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RE: #540: "jumbo" frames

From: Mike Bishop <Michael.Bishop@microsoft.com>
Date: Fri, 27 Jun 2014 23:05:42 +0000
To: Jason Greene <jason.greene@redhat.com>
CC: Michael Sweet <msweet@apple.com>, Greg Wilkins <gregw@intalio.com>, "Mark Nottingham" <mnot@mnot.net>, HTTP Working Group <ietf-http-wg@w3.org>
Message-ID: <d0dd4efa92564c9dae3466cf14bbc2cd@BLUPR03MB133.namprd03.prod.outlook.com>
Yes, we are planning to coalesce.  There are two failure scenarios we consider here:

One is the stalling of the entire connection by sending a HEADERS, then *not* sending the CONTINUATION.  This is a case where a poor proxy implementation could break things if they're streaming out to the other connection.  That's actually no different with a jumbo frame, since a poorly-implemented sender could stop sending mid-frame just as easily.  Either way, if it happens on the client side, the only person affected is the sender because we won't start relaying the headers until we have the full set, and if the client wants to shoot themselves in the foot, they may.  If this happens from the back-end server, that's more painful, because the effect spreads - but if it lasts too long, our usual timeouts will cancel the blocked requests and clients will retry.  And again, the impact is localized to clients of the misbehaving server.  If servers are implemented poorly, their clients will suffer regardless of how the intermediary handles it.

The second is the fact that HEADERS can take time/throughput from DATA.  Again, this is a property of large headers, not a property of how it gets framed.  Allowing interleaving only trades out problems here -- we can't act on the headers until we have the full header set, and keeping them as a single, non-interleaved unit reduces the need to buffer and wait for the rest to show up at some point in the future.  We'd rather deal with brief HOLB while the full set arrives (in the rare case that it's large) than have a partial header set in memory that we can't deliver to the app yet.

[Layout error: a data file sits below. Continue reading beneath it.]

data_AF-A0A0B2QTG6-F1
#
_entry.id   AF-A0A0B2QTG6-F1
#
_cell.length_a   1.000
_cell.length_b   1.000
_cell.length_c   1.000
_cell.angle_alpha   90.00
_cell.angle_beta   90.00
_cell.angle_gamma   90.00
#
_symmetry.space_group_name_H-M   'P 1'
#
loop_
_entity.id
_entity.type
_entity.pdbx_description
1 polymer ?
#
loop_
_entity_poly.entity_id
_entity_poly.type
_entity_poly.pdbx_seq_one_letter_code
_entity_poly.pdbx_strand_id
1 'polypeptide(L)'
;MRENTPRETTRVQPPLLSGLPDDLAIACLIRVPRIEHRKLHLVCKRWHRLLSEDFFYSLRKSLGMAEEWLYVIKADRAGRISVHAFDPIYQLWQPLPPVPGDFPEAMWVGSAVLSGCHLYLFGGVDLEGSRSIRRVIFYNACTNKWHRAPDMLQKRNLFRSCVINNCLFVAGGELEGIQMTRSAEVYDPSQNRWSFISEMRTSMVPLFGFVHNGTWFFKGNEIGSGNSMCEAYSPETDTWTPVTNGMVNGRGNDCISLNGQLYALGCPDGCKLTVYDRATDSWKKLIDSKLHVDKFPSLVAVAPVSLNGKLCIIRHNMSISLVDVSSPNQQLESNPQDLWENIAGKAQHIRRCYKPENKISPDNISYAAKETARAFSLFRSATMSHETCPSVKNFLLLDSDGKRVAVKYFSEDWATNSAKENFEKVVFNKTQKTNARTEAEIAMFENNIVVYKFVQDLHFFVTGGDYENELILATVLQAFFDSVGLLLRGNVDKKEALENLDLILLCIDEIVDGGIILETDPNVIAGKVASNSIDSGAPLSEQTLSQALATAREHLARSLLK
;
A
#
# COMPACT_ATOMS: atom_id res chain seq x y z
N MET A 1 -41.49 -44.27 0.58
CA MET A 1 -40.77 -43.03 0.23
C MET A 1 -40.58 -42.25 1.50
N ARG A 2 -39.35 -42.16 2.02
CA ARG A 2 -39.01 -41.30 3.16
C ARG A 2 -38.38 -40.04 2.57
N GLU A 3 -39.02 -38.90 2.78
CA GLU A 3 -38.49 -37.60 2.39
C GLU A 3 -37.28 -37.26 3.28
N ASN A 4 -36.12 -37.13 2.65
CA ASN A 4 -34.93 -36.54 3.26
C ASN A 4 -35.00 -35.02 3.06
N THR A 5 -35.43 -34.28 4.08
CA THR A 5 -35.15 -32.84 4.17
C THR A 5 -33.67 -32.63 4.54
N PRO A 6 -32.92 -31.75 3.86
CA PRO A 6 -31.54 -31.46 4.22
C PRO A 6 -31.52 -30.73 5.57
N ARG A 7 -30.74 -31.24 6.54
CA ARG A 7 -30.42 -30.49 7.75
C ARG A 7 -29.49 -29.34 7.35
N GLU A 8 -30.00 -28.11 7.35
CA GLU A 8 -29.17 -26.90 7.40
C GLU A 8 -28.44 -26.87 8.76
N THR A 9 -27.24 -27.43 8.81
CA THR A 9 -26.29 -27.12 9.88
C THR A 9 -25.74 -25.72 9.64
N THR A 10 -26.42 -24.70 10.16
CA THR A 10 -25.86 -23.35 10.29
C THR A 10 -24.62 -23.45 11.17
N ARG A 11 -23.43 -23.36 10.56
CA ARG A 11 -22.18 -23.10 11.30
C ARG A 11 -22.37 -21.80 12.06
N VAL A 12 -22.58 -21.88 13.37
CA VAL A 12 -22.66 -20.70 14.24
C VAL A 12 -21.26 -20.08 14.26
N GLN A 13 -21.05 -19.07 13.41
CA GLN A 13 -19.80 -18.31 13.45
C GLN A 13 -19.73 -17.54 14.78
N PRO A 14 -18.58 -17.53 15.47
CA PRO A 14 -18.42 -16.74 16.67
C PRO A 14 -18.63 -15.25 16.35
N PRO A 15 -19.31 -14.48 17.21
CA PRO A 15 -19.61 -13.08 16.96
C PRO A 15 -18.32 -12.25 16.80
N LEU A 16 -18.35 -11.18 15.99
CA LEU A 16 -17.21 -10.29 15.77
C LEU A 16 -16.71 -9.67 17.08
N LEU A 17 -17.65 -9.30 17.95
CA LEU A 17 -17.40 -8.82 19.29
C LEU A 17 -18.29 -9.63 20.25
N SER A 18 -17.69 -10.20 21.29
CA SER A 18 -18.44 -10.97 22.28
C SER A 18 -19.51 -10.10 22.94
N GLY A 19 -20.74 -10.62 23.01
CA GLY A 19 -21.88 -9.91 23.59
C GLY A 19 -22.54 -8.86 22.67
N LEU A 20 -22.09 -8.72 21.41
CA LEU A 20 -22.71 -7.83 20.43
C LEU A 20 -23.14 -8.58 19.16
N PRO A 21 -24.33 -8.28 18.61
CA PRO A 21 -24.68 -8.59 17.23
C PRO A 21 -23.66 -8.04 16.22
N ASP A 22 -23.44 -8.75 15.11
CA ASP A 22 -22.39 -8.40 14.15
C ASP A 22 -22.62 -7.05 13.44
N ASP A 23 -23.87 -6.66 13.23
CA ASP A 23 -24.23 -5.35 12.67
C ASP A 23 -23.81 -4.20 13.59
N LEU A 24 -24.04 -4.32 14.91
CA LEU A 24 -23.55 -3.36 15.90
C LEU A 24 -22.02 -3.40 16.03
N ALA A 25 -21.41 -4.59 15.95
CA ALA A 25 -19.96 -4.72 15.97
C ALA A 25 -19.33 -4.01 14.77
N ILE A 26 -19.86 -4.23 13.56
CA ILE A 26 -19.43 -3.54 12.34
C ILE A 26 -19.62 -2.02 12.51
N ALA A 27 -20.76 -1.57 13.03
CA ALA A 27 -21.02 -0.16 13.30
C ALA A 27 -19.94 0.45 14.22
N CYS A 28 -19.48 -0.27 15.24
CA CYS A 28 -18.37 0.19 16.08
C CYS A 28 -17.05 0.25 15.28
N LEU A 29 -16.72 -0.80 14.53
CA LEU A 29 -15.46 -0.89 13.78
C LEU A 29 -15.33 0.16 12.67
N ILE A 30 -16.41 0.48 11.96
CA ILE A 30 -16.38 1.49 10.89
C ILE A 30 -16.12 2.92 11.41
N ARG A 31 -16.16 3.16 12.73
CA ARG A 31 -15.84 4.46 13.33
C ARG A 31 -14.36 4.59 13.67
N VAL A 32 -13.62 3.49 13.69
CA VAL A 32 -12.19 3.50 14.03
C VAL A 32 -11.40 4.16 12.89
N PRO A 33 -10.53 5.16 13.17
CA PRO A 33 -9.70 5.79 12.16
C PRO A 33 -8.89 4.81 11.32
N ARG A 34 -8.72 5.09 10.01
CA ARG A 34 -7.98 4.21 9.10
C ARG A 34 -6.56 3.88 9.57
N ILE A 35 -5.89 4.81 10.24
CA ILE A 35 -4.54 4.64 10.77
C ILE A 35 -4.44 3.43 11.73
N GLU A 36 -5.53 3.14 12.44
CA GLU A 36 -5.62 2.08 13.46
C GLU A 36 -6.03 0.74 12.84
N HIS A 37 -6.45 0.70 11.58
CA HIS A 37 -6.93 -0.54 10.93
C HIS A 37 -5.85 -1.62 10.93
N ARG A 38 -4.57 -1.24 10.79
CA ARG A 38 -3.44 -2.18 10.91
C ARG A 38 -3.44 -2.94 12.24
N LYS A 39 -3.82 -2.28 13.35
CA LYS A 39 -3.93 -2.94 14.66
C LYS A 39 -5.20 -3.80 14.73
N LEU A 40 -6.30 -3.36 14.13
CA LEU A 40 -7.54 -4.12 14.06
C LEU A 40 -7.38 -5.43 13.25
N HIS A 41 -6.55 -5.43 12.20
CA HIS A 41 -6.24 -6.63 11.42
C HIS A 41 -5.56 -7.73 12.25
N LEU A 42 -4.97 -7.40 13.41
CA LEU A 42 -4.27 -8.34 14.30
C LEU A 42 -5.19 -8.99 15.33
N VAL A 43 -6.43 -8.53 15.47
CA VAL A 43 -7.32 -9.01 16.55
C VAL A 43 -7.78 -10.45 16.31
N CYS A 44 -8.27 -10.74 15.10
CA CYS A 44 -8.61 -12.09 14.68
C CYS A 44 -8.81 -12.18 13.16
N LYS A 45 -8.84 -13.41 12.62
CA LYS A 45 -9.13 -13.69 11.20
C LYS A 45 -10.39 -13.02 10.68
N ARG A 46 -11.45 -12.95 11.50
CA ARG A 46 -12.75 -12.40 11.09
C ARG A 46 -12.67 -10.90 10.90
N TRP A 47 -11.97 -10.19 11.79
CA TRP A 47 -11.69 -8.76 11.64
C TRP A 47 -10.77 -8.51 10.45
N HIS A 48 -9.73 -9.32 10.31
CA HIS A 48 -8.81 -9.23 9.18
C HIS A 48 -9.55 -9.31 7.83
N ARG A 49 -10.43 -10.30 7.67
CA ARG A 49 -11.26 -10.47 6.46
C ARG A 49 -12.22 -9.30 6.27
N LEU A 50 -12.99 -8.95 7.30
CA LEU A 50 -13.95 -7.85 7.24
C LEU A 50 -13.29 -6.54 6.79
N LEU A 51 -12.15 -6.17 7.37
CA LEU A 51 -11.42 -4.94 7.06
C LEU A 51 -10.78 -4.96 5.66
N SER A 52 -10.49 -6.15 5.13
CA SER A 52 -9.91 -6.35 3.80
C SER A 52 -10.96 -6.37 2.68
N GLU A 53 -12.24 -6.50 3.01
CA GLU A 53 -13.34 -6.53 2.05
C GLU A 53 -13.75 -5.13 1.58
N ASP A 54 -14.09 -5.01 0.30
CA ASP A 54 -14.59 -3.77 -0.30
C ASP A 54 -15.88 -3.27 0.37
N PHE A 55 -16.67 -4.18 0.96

In either case, we have to support large headers, and the drawbacks between a HEADERS+CONTINUATION chain and a single larger HEADERS frame are the same.  At the same time, there is deployment data already discussed which argues against spreading the larger frame size to DATA.  The churn doesn't appear to buy anything, so we prefer stability.

I understand the desire for more predictability, though -- defining settings (in spec or via an extension) that allow a server to inform clients what size individual or total header will result in rejection isn't a bad idea.  Others have expressed a desire not to publish their limits to misbehaving clients, however.

-----Original Message-----
From: Jason Greene [mailto:jason.greene@redhat.com] 
Sent: Friday, June 27, 2014 1:12 PM
To: Mike Bishop
Cc: Michael Sweet; Greg Wilkins; Mark Nottingham; HTTP Working Group
Subject: Re: #540: "jumbo" frames

On Jun 27, 2014, at 12:12 PM, Mike Bishop <Michael.Bishop@microsoft.com> wrote:

> Microsoft will be supporting headers larger than 16k in both our clients (IE and other apps) and server (IIS).  One reason is that a large number of our enterprise customer have Active Directory integrated solutions for authentication and authorization.  AD uses Kerberos as the preferred authentication mechanism and the authentication tokens can grow quite large.  IIS used to have a default maximum header size of 16k, but we have had to increase this to 64k in recent releases.  This is just one reason for a need to implement large headers.
> We have been following the debate here in the WG and as implementers of a browser, an application platform, a web server, and a forward proxy, we do not see a tangible difference between the proposals.  Therefore, our opinion is that there is no reason to delay WGLC to make a major design change at this stage.

Hi Mike, 

I hope you don't mind a follow-up, since you plan to use this capability. Does IIS have plans to coalesce connections when acting as a proxy, and if so are you not concerned with the HOL blocking issues that will occur with the current behavior of CONTINUATIONS? 

Jason T. Greene
WildFly Lead / JBoss EAP Platform Architect JBoss, a division of Red Hat
Received on Friday, 27 June 2014 23:06:23 UTC

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